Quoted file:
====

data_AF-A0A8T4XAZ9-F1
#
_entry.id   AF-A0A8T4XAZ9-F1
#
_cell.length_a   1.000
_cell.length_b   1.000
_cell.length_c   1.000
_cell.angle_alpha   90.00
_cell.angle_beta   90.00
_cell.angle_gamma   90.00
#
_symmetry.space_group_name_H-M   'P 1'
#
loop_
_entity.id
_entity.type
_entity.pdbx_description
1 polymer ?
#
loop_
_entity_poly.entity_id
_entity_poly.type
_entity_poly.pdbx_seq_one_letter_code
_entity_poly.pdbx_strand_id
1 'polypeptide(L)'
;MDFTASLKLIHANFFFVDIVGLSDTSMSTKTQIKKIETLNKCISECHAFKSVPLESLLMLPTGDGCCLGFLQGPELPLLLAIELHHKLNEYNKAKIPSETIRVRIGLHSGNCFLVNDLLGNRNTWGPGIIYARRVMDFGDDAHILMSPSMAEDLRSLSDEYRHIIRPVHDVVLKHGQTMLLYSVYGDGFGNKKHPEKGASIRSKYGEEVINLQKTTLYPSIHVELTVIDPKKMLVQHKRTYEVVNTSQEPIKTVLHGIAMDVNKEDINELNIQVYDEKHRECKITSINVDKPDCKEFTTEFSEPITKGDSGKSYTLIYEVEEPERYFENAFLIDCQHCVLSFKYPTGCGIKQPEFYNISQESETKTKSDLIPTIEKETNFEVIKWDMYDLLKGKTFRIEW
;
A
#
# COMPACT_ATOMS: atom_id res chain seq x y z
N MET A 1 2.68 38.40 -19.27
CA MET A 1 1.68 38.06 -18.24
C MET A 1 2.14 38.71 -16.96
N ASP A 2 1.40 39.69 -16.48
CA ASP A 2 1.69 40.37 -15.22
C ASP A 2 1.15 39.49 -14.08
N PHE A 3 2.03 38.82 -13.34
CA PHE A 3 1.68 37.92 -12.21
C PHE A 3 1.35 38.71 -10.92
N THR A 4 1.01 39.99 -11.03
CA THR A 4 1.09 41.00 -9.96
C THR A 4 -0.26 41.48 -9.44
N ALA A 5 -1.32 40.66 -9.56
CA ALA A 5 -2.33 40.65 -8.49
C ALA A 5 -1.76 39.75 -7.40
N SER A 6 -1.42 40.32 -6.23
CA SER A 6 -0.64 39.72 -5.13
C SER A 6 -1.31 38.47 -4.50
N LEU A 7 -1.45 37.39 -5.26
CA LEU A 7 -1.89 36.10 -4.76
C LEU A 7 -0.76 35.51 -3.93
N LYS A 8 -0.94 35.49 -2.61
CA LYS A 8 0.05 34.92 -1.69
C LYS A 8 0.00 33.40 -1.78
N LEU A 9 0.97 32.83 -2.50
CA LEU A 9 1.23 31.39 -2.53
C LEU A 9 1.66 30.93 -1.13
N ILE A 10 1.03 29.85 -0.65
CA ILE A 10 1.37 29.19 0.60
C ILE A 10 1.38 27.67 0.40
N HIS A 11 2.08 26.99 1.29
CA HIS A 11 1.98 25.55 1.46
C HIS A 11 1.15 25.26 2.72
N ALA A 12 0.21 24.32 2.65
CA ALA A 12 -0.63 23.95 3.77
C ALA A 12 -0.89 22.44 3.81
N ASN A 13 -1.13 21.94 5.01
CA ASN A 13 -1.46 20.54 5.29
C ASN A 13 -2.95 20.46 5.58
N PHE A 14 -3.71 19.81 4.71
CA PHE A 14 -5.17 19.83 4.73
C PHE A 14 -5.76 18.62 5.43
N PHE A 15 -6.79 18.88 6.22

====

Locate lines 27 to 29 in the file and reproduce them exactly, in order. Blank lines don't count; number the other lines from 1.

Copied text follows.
;
A
#